NBC Pledge of Allegiance Apology Not Enough for Family Research Council

American flag
AP Photo/David Duprey

An apology is just not good enough for the Family Research Council.

NBC apologized for removing the phrase "under God" from the Pledge of Allegiance in a broadcast of the U.S. Open Golf Tournament on Sunday, but the FRC wants more.

The council is urging its members to send NBC a message, demanding that "the network ... take corrective action to ensure that the public airwaves will not be used to censor our nation's Pledge of Allegiance."

Tony Perkins, president of the FRC, sent an eblast Tuesday to its members, which explains the situation and requests that they take part in asking NBC to "remedy this abuse by airing a series of public service announcements with the entire Pledge of Allegiance."

"Remember the airwaves belong to the public and NBC is granted permission to use those airwaves," the eblast says. "Removing 'under God' from one of the most widely viewed sports programs is deeply disturbing and is a misuse of the public trust they've been granted."

About three hours into the broadcast, announcer Dan Hicks offered a corporate apology: "Regrettably, a portion of the Pledge of Allegiance that was in that feature was edited out. It was not done to upset anyone, and we'd like to apologize to those of you who were offended by it."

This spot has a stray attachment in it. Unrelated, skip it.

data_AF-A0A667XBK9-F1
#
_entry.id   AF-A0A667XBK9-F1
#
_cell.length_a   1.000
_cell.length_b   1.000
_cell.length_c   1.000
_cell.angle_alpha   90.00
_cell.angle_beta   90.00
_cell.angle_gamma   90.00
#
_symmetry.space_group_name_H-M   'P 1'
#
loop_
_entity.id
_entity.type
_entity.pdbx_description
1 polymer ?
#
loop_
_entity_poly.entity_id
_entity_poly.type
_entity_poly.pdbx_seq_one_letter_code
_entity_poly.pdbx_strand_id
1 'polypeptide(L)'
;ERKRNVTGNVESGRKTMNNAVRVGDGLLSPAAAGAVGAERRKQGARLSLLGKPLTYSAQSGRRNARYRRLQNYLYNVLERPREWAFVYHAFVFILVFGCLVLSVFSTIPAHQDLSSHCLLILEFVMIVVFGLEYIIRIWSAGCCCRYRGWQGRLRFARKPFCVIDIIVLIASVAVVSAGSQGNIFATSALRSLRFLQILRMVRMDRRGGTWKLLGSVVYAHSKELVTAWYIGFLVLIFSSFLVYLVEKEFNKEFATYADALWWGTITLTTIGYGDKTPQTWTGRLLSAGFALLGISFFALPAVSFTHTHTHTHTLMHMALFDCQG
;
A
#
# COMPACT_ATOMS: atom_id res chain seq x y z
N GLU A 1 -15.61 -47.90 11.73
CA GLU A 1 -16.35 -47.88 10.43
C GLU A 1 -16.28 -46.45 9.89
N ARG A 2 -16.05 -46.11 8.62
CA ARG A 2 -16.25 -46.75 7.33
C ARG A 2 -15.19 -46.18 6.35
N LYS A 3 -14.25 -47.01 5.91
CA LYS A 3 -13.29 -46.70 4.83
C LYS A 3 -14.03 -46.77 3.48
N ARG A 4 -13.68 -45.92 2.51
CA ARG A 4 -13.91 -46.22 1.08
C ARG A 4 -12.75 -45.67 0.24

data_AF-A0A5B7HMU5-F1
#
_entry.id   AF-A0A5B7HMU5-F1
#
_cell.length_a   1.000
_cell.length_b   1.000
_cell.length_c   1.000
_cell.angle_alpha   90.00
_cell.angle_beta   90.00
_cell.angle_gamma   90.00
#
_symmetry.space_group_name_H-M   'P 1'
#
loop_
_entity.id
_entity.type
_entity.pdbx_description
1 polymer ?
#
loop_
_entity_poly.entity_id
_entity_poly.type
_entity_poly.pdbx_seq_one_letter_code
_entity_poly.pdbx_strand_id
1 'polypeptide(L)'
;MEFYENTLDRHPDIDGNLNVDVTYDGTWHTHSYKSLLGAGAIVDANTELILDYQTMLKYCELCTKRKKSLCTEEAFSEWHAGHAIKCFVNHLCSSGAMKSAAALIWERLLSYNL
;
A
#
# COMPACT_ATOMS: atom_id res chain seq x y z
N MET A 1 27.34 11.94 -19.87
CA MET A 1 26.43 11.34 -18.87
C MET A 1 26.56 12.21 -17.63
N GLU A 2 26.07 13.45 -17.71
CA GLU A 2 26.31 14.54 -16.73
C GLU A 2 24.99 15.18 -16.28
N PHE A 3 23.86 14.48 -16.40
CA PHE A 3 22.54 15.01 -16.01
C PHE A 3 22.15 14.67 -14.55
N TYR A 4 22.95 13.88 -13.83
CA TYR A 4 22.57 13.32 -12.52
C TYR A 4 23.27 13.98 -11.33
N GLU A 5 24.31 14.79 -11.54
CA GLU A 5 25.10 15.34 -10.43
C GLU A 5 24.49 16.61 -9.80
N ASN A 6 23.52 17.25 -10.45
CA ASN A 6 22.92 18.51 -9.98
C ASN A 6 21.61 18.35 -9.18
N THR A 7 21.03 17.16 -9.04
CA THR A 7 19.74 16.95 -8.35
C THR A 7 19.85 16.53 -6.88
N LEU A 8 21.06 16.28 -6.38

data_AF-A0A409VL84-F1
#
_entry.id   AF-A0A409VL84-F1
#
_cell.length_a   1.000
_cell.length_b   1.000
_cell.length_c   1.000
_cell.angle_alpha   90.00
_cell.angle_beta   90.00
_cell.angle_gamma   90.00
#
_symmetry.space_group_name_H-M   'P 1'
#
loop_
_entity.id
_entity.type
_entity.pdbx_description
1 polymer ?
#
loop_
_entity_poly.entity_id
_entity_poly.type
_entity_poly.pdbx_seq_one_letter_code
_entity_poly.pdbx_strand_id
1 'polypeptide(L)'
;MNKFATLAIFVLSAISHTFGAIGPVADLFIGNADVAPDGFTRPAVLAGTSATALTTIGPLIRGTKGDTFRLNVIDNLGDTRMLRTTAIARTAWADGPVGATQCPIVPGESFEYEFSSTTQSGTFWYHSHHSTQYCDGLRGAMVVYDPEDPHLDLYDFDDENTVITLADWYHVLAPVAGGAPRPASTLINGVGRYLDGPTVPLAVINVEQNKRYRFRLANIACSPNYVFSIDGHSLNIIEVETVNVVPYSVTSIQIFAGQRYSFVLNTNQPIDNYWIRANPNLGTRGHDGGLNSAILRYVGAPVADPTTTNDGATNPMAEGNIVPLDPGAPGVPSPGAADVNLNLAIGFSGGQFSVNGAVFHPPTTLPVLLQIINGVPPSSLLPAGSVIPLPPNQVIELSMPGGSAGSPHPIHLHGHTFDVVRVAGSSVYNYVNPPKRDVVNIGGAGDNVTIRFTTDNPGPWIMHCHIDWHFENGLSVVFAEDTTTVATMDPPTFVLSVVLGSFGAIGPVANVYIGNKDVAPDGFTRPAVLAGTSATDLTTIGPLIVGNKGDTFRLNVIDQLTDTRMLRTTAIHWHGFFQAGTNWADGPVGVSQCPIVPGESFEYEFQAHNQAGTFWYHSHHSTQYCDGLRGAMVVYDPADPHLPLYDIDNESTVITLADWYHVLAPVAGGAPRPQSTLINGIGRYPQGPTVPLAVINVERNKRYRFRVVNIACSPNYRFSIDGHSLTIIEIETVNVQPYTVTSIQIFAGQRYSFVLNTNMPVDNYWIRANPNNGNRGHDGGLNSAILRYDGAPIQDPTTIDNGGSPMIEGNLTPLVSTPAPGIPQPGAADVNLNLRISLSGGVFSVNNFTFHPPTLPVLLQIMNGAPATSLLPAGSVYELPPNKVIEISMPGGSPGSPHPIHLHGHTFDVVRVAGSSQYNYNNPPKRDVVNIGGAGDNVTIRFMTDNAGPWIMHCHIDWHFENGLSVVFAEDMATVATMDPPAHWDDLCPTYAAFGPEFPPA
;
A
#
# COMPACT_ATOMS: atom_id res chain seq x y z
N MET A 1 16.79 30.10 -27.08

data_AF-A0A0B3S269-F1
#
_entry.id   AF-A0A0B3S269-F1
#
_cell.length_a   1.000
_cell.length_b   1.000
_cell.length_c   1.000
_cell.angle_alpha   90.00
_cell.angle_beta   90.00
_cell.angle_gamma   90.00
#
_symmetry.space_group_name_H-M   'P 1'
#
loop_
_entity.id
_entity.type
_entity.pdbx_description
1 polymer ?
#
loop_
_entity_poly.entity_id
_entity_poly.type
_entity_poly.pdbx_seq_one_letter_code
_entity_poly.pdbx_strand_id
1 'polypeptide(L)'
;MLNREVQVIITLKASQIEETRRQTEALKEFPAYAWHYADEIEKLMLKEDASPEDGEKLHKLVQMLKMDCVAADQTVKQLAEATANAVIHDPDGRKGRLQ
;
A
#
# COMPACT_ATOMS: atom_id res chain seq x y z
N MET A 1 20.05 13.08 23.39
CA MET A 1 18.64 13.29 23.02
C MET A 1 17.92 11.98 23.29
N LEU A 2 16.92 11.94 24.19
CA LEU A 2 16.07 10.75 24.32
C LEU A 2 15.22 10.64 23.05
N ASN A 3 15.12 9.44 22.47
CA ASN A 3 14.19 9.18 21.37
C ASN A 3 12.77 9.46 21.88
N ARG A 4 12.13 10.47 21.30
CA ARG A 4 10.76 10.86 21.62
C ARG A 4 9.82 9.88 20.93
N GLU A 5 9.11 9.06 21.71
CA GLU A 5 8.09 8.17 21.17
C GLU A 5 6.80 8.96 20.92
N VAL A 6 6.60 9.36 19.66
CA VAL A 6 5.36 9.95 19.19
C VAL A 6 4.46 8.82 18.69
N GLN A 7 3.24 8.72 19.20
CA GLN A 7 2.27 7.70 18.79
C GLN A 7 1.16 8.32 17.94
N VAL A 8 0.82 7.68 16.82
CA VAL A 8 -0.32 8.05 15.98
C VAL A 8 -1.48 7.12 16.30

NBC Sports Universal issued a second apology on Monday from Vice President of Communications Chris McCloskey. He apologized if the edit upset anyone, and said the "decision was made by a small group of people to edit portions of the Pledge of Allegiance. This was a bad decision."

"They made a deliberate decision to leave out a part of our nation's pledge," Perkins said on air in a CNN report. "What if they would have left out 'liberty' or 'justice?' American people obviously caught this and they responded to it very quickly and [NBC] began to backtrack."

Perkins explained that the addition of "under God" was important to the Pledge of Allegiance and he said most Americans think the phrase should stay.

In a June 2002 Gallup Poll, respondents were asked if they agreed or disagreed with a federal court's ruling that it was unconstitutional for the Pledge of Allegiance to be recited in public school classrooms. Eighty-four percent disagreed.

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